There’s a question that has plagued the Rochester community for decades: What will it take to improve educational outcomes for city school students? On this edition of Need to Know we’ll learn how one thing, equity, could change everything.
Also on the show, they’ve escaped war, violence, persecution and natural disasters. And some who now call Rochester “home” are still living with uncertainty. We’ll learn why World Refugee Day has a new meaning.
And meet a local valedictorian with a heart for others and a mean forehand as our Top of the Class series continues.
Renowned sociologist, professor and education commentator Pedro Noguera is in Rochester to explain what it takes to bring equity and excellence to schools. He’ll join East High School Superintendent Shaun Nelms in our studio for this timely conversation on Need to Know.
Need to Know airs Thursday night at 8 p.m. on WXXI-TV.
Artist Laural Hartman recently invited WXXI into her studio. As we know with art, there’s generally a deeper meaning behind a painting, drawing or sculpture. With Hartman’s work, we’re awakened to a life experience with several layers - some of which resonate with many of us and others we’ve never encountered until now.
Hartman, also a faculty member at RIT’s National Technical Institute for the Deaf joins Tabitha Jacques, Director of the Joseph F. and Helen C. Dyer Arts Center at RIT to explain what mainstream museums may not understand about the specialty of deaf art.
While the American Health Care Act is being considered by Congress, local disability rights advocates are taking action. They’re calling on President Trump to support the Disability Integration Act (DIA). They’re also calling for people with disabilities to have a voice in the health care reform debate. One of those advocates who recently traveled to Washington is Ericka Jones of the Center for Disability Rights.
Jones joined a demonstration outside the White House which led to more than 80 arrests according to the disability rights group ADAPT. She explains the potential impact of the DIA on all sectors of the community.
School districts throughout Rochester are battling a storm of unknowns. The federal health care bill which is a repeal of the Affordable Care Act is calling for $880 billion in cuts to Medicaid over the next ten years. Why does that matter to public school districts? It ultimately affects services delivered to some of their most vulnerable students - those in special education.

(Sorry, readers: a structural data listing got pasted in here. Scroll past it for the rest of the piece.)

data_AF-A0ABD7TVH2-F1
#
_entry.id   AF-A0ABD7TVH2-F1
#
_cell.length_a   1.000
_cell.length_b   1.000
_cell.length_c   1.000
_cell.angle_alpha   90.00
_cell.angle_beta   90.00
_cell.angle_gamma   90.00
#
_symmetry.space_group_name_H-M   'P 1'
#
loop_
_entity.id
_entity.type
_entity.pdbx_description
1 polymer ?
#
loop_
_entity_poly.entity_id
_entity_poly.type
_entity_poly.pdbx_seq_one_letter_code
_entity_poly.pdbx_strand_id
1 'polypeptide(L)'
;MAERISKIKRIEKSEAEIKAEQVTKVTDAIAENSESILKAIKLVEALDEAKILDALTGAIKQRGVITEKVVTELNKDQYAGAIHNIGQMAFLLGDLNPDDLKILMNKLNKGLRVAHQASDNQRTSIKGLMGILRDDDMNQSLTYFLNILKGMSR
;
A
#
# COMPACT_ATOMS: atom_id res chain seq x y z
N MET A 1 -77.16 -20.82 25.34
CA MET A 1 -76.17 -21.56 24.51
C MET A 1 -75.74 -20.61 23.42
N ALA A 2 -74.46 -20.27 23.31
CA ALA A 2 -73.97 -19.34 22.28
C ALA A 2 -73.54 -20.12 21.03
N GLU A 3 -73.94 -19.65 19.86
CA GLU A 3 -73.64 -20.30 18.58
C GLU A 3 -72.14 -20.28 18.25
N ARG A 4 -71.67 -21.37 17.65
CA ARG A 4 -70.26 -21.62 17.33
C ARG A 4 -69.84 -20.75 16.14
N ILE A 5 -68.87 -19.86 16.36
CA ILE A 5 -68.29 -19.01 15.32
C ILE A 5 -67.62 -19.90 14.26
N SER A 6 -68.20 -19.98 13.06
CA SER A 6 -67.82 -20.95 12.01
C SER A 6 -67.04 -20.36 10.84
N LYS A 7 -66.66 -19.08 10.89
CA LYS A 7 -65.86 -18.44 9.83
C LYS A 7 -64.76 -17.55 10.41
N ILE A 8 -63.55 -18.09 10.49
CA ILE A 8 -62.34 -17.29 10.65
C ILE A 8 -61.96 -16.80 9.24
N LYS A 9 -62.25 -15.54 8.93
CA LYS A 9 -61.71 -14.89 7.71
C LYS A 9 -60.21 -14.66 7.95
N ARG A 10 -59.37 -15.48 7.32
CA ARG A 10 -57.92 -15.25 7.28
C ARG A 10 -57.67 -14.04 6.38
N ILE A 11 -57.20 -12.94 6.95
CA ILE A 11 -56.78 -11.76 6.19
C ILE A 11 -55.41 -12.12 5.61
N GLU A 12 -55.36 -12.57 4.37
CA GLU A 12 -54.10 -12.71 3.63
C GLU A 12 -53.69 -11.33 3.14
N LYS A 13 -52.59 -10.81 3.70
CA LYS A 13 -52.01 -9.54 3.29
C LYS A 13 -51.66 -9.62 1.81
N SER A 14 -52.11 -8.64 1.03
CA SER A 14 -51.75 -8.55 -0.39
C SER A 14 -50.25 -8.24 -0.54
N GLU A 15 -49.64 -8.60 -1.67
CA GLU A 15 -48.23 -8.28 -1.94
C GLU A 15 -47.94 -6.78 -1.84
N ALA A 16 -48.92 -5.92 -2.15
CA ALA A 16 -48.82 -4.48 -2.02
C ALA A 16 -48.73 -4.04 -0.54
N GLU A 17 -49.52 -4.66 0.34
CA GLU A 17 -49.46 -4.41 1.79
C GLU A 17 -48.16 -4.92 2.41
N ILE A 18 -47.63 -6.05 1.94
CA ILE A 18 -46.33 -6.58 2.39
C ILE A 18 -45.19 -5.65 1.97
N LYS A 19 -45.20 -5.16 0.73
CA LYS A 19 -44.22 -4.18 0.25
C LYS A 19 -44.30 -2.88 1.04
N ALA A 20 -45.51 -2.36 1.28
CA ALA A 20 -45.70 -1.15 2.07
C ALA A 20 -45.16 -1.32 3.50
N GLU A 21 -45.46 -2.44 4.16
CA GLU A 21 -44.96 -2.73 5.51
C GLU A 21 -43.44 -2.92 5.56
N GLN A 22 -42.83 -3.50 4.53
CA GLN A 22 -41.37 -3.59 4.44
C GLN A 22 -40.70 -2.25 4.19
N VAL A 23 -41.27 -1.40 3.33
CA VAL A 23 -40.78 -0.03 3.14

This story is from WXXI's Inclusion Desk, part of our Move to Include partnership between WXXI and the Golisano Foundation designed to promote inclusion for people with intellectual and physical disabilities.
The repeal of the Affordable Care Act could have some unintended consequences on the most vulnerable: children with disabilities. On this special Move to Include edition of Need to Know we’ll learn how special education in our public schools may see unbearable funding cuts.
Also on the show, some local disability rights advocates were recently detained outside the White House. We’ll discuss what they’re calling on President Trump to do and if he’s responded.
And a complex journey for a local artist unfolds on canvas. How local talent is awakening our understanding of deaf culture through art.
Move to Include and the Inclusion Desk is a partnership between WXXI and the Golisano Foundation designed to promote inclusion for people with intellectual and physical disabilities.
There are several unanswered questions about the repeal of the Affordable Care Act - including what it means for special education students. As the new health bill stands right now - it would cut assistance to children in special ed. We’ll break down the potential changes.
Plus, you'll experience a world unfamiliar to many through the lens of deaf artists. Learn how local talent is awakening our understanding of their lives through their work.
The Rochester School Board recently passed a nearly $900 million budget. District spending has a few critics among Rochester’s mayoral candidates who are calling for more accountability and transparency. One person who has spent much time dissecting what’s working and what’s not in city schools is Board President Van White. He joins this edition of Need to Know to talk mayor-school district partnership, the current state of the city school system and more.
On this edition of Need to Know we continue our Top of the Class series. The series introduces viewers to high school students in the Greater Rochester community not only working hard in the classroom, but also trying to make our community and our world a better place. Joining Need to Know host Hélène Biandudi Hofer for this segment is Eman Muthana. The World of Inquiry High School student is a runner-up for the 2017 Princeton Prize in Race Relations – Rochester. Muthana is recognized by World of Inquiry staff and students for having a significant positive effect on race relations in her school and the larger community.
Historically high water levels are still afflicting the shores of Lake Ontario. And change likely won’t come until early June - that’s when lake levels are expected to crest. The flooding has affected hundreds of properties since March. Veronica Volk is the Great Lakes Today reporter and producer for WXXI News. She has been tracking this story for the past two months and she joins this edition of Need to Know to explain what’s going on and what’s to come.